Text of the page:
Saturday, 25 February 2012

Roseanne and emotions

There's a lot that separates MTM-style comedies (like Mary Tyler Moore and Cheers) from Norman Lear-style comedies (like All in the Family and Roseanne), but one of the most interesting to me isn't their style of humour or how often they address social issues. It's how badly the shows allow their characters to feel. In MTM-style sitcoms, there are serious moments, for sure, but they're often rooted in positivity, as when one character helps another out of a jam to cement how great friends they are. For Lear-style shows, there's a tendency for dramatic moments to come out of a darker place, as in the Roseanne episode I just watched, "Guilt By Disassociation." Roseanne loses a job at the last minute and it leads to a harrowing scene of her fighting with Dan at her own surprise party. She breaks down completely by the end, and though it's obvious to the audience that she'll work through her problems, for a moment it seems as though she might not. Since I started this project with two shows from the MTM school of sitcoms, these scenes aren't something I'm used to seeing, and it's often quite shocking whenever they turn up. Norman Lear, and the shows more influenced by his approach to sitcoms, allowed his characters to get to very dark places, and let them work through them on their own. There's an undercurrent of love to both types of sitcom, but Lear makes the characters have to fight to find it. And it often makes relationships a little more realistic. I've said before that I love the way Roseanne and Dan interact, joking around like a real couple would, but it's the way they handle these dark moments that really cements how well their relationship is portrayed. It's absolutely my favourite thing about the show so far, but I'm happy to say that right now everything else is right there behind it.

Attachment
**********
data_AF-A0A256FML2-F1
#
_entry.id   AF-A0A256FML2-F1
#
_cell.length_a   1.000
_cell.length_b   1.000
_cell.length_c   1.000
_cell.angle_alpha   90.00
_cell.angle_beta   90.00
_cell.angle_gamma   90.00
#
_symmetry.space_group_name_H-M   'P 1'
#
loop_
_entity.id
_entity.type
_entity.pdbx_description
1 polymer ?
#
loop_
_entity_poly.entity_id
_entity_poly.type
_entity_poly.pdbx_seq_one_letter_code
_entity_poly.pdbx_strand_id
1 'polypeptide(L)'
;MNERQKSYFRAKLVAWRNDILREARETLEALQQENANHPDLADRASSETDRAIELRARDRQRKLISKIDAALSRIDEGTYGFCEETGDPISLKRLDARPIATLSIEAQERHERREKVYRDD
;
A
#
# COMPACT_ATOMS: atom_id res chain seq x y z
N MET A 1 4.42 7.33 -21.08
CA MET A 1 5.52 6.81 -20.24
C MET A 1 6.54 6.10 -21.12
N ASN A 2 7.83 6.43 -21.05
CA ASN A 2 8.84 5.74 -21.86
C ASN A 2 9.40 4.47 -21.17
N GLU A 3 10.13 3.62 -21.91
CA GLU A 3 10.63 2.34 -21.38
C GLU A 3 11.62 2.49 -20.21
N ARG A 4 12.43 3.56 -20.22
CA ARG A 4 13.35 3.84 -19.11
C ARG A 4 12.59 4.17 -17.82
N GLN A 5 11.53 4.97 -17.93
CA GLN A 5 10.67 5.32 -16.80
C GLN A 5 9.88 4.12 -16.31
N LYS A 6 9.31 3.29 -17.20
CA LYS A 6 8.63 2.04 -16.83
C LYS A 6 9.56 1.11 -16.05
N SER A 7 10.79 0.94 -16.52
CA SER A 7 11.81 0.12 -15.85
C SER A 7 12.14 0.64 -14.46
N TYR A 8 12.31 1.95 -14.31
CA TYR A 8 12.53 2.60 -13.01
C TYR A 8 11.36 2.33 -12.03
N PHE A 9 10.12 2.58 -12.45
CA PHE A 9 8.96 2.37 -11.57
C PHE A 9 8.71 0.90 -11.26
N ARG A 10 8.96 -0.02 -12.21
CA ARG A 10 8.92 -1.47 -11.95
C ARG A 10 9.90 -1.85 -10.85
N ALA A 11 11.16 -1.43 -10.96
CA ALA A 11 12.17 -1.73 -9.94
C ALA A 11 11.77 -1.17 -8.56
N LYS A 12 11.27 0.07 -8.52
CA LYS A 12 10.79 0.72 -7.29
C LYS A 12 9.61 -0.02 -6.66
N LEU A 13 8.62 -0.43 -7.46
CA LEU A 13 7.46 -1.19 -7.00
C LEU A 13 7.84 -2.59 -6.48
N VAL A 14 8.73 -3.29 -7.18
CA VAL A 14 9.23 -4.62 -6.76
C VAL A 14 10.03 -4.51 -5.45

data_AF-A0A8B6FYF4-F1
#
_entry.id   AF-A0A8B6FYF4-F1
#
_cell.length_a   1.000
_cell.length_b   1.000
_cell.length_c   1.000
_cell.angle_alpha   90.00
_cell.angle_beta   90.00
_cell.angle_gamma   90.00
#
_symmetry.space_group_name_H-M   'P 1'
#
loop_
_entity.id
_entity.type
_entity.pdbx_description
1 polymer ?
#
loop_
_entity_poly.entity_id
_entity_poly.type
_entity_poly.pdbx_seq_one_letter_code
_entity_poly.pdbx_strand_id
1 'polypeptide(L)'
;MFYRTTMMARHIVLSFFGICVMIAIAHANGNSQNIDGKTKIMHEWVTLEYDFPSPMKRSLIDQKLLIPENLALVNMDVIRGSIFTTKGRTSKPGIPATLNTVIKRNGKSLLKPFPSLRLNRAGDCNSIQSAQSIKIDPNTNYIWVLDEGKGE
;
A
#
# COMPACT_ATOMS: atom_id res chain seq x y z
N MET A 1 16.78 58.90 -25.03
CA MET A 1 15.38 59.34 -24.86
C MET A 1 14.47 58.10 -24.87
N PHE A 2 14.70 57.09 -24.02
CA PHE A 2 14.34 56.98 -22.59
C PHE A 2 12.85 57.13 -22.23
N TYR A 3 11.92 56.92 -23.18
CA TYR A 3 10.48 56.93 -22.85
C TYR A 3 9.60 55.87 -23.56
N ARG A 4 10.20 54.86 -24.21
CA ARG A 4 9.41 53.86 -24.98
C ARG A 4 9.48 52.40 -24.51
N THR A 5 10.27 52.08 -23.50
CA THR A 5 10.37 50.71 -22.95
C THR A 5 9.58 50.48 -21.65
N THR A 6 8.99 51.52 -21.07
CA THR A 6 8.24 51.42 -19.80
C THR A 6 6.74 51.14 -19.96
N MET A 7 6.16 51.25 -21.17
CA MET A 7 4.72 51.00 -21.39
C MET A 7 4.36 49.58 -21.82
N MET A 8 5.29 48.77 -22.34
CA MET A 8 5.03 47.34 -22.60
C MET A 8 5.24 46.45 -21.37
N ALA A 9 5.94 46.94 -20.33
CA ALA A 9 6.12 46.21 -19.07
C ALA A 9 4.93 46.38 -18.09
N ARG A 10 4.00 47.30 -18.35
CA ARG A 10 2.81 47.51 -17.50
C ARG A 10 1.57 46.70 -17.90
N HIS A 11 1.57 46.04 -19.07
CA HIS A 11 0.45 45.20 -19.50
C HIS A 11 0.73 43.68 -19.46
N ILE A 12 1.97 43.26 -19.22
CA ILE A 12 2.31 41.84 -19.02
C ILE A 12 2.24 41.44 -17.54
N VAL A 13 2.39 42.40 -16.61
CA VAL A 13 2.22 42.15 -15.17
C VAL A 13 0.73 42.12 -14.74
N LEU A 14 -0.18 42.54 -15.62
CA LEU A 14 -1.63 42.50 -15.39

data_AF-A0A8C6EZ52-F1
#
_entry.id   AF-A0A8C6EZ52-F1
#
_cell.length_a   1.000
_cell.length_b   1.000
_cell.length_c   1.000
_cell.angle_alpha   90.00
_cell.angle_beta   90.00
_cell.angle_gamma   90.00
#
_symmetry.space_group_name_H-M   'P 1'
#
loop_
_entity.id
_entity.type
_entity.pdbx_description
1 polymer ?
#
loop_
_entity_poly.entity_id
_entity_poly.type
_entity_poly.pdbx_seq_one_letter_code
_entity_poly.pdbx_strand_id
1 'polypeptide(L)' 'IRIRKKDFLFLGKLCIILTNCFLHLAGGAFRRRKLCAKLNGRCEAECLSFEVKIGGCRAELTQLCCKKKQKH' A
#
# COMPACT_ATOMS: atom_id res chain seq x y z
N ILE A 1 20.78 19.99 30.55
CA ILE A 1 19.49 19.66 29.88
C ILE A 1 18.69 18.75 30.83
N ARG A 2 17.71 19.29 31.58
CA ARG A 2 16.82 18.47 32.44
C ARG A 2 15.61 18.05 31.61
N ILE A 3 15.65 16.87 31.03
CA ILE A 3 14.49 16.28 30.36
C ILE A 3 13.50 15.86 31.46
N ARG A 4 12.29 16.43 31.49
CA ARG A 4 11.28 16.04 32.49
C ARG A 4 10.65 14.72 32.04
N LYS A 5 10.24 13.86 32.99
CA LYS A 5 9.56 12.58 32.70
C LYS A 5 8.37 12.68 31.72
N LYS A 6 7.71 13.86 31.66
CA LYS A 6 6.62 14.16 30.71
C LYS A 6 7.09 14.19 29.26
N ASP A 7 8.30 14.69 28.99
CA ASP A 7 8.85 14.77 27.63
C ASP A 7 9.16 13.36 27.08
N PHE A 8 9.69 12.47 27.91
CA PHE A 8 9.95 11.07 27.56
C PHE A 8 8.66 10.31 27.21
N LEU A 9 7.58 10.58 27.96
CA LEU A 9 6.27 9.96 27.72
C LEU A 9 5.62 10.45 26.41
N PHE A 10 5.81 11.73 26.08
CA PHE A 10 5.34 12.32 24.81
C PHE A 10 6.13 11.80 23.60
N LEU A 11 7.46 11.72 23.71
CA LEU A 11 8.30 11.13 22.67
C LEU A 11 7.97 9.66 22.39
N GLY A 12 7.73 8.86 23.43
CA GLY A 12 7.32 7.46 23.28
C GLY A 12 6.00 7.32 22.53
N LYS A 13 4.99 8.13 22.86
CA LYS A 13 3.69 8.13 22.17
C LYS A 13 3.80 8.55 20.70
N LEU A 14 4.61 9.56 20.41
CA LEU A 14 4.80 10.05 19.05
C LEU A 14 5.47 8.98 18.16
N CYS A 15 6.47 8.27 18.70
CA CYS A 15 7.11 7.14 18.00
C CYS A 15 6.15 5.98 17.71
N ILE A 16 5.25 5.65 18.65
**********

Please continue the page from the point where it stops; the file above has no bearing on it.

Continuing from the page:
Roseanne season 2

Roseanne's season 2 premiere, "Inherit the Wind," feels almost like a different show from the first season. The writing is sharp, the cast is game for anything, and the story is small and realistic. It turns a fart into a plot, then makes it work far better than it ever should. It feels like every aspect of the show has improved, and almost all my problems with the first season have disappeared. I'll have to see if this quality can be sustained from now on, but from the way the show has addressed all of its issues, I have high hopes. And my god was it funny. This one episode might have made me laugh more than the whole first season. Now I'm starting to see what all the fuss is about.

Friday, 17 February 2012

Roseanne and straw antagonists